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WY Game and Fish Gauging Support for Potential Trapping Reform Requirements
WY Game and Fish Gauging Support for Potential Trapping Reform Requirements
Over the next 10 days, the Wyoming Game and Fish Department will hold five meetings to hear public feedback on the issue.
After a continued push by Wyoming reform groups, the public will have an opportunity to weigh in on safety and education requirements for trappers in the state. Over the next 10 days, the Wyoming Game and Fish Department will hold five meetings to hear public feedback on the issue.

The decision was largely catalyzed by the January death of a Fremont County dog, Mac. After Mac was caught in a snare and died, his owner, Karen Zoller, and a group of other concerned pet owners in the community organized WY TRAP FREE-mont County with the mission of bolstering trapping laws in the state.

In April, that group and Wyoming Untrapped, another longtime reform organization, submitted petitions to the department asking that current trapping regulations be opened for revisions.

The groups argue trappers in Wyoming aren’t held to strict enough regulations. Trappers in the state can place traps on pretty much any public land, with only a few exceptions. They aren’t required to tell anyone where the traps are, not even the game warden, nor is it a requirement for trappers to report how many “non-target” animals they catch. Reform advocates say this lack of oversight hurts public safety.

Typically, these regulations are evaluated every three years, and the current code isn’t set for revisions until 2022. While the Game and Fish Commission in April decided not to open the revisions early, it did ask for more information on the issue. The request led to the creation of an internal working group within the department.

The group compiled a list of nearly 300 stakeholders, created with input from each of the department’s eight regional offices. The working group then surveyed as many of them as possible within a two-week window, said Jason Hunter, the Lander Region wildlife supervisor and the working group’s lead.

About 140 were able to offer input, Hunter said, though a July report presented to the Game and Fish Commission accounts for only the first 132 stakeholder comments — those who were contacted or returned messages by July 9.

Trappers made up the bulk of the respondents, with 52 providing input. Thirty-three said they were unsupportive of any proposed changes.

The group with the next highest number of contacts — landowners — made up only 13 of the 132 contacts. Each subsequent group contacted made up 10 or fewer of the total contacts.
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WY Game and Fish Gauging Support for Potential Trapping Reform Requirements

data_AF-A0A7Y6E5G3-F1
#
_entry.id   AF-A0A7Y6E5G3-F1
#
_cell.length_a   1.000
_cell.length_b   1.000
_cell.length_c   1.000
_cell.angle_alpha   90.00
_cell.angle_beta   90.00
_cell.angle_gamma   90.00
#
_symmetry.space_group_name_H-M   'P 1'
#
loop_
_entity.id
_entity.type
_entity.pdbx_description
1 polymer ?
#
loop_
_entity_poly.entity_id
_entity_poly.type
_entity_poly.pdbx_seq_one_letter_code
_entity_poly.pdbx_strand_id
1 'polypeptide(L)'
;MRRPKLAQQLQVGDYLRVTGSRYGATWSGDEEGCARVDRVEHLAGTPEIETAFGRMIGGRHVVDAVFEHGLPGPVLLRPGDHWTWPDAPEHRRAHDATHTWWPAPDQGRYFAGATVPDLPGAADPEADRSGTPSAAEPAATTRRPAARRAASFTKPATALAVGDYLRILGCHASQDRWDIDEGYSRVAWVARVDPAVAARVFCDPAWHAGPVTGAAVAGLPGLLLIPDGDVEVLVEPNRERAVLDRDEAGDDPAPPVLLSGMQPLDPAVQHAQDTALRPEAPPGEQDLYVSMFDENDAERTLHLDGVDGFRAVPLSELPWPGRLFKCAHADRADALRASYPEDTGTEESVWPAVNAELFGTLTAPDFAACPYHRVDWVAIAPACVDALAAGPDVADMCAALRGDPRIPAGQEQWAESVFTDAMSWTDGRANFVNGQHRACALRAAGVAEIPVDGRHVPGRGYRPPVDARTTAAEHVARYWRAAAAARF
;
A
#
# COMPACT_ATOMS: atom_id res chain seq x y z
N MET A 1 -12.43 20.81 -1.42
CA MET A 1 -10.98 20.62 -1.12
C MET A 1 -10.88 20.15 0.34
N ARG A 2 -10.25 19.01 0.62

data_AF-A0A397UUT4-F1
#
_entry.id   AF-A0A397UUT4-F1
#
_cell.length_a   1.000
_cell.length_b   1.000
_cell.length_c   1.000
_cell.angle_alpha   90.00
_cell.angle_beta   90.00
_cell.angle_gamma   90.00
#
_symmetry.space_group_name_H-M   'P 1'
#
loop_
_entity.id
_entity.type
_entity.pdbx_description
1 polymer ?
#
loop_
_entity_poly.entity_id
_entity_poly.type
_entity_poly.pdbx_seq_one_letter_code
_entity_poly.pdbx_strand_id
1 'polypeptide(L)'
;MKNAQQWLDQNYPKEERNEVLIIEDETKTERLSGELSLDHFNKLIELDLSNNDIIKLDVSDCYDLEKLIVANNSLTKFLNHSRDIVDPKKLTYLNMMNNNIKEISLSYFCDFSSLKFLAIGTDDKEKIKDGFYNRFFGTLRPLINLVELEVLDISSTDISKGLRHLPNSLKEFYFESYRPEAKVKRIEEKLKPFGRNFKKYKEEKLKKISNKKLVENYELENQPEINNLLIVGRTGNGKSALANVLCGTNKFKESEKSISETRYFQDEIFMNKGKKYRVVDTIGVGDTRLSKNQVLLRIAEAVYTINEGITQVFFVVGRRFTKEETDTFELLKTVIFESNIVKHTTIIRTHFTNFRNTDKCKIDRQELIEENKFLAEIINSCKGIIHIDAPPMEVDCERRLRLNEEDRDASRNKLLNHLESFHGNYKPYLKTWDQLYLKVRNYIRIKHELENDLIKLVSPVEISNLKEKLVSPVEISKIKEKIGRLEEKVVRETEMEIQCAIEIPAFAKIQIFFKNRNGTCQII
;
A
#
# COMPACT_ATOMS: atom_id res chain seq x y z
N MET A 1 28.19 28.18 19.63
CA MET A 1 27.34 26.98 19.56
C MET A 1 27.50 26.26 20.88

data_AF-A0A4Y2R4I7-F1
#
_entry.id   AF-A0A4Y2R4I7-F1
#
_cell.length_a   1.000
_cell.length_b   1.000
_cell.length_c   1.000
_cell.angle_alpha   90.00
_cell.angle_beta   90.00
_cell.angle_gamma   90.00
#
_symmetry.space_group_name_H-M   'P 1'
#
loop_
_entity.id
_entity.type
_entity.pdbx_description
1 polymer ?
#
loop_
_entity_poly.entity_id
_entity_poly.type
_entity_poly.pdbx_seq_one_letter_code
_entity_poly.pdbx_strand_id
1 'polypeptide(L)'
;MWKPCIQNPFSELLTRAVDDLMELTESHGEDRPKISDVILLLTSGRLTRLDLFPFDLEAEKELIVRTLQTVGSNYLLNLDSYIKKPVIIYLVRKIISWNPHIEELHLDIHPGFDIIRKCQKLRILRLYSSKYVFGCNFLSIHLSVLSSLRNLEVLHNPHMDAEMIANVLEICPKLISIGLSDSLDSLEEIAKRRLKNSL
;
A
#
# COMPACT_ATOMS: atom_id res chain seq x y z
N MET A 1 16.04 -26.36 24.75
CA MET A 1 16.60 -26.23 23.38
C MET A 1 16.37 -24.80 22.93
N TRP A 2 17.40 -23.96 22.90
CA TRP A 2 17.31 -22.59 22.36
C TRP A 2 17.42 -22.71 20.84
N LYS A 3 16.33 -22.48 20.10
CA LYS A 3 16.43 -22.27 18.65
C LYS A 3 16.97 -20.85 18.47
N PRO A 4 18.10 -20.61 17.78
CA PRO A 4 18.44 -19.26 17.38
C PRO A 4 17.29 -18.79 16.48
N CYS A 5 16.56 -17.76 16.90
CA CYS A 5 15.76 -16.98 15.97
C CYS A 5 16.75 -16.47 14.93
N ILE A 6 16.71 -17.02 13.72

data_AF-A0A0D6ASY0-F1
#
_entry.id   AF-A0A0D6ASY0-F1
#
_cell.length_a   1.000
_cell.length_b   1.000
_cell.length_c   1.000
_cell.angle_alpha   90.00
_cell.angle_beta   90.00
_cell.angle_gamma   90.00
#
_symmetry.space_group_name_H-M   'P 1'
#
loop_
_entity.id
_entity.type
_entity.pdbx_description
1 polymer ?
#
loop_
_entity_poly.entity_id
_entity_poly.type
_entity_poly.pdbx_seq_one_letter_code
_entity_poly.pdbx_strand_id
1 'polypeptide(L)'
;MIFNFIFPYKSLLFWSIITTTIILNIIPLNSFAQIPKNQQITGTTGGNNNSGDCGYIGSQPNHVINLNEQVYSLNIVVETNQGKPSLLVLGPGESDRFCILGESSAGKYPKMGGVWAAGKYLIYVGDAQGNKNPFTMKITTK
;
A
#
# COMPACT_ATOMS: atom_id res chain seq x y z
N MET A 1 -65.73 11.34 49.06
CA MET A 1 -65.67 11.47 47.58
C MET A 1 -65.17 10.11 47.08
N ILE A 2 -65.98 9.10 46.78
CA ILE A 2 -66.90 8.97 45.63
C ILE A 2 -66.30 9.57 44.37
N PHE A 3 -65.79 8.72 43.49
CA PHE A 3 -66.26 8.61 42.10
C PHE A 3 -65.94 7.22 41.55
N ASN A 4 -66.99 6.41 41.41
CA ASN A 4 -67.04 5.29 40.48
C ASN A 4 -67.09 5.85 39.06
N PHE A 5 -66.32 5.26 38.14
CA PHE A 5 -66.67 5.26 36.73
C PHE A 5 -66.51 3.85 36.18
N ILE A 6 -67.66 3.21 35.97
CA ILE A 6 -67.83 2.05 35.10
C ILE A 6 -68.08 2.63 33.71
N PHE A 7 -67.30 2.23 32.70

WY Game and Fish Gauging Support for Potential Trapping Reform Requirements
Over the next 10 days, the Wyoming Game and Fish Department will hold five meetings to hear public feedback on the issue.
After a continued push by Wyoming reform groups, the public will have an opportunity to weigh in on safety and education requirements for trappers in the state. Over the next 10 days, the Wyoming Game and Fish Department will hold five meetings to hear public feedback on the issue.

The decision was largely catalyzed by the January death of a Fremont County dog, Mac. After Mac was caught in a snare and died, his owner, Karen Zoller, and a group of other concerned pet owners in the community organized WY TRAP FREE-mont County with the mission of bolstering trapping laws in the state.

In April, that group and Wyoming Untrapped, another longtime reform organization, submitted petitions to the department asking that current trapping regulations be opened for revisions.

The groups argue trappers in Wyoming aren’t held to strict enough regulations. Trappers in the state can place traps on pretty much any public land, with only a few exceptions. They aren’t required to tell anyone where the traps are, not even the game warden, nor is it a requirement for trappers to report how many “non-target” animals they catch. Reform advocates say this lack of oversight hurts public safety.

Typically, these regulations are evaluated every three years, and the current code isn’t set for revisions until 2022. While the Game and Fish Commission in April decided not to open the revisions early, it did ask for more information on the issue. The request led to the creation of an internal working group within the department.

The group compiled a list of nearly 300 stakeholders, created with input from each of the department’s eight regional offices. The working group then surveyed as many of them as possible within a two-week window, said Jason Hunter, the Lander Region wildlife supervisor and the working group’s lead.

About 140 were able to offer input, Hunter said, though a July report presented to the Game and Fish Commission accounts for only the first 132 stakeholder comments — those who were contacted or returned messages by July 9.

Trappers made up the bulk of the respondents, with 52 providing input. Thirty-three said they were unsupportive of any proposed changes.

The group with the next highest number of contacts — landowners — made up only 13 of the 132 contacts. Each subsequent group contacted made up 10 or fewer of the total contacts.



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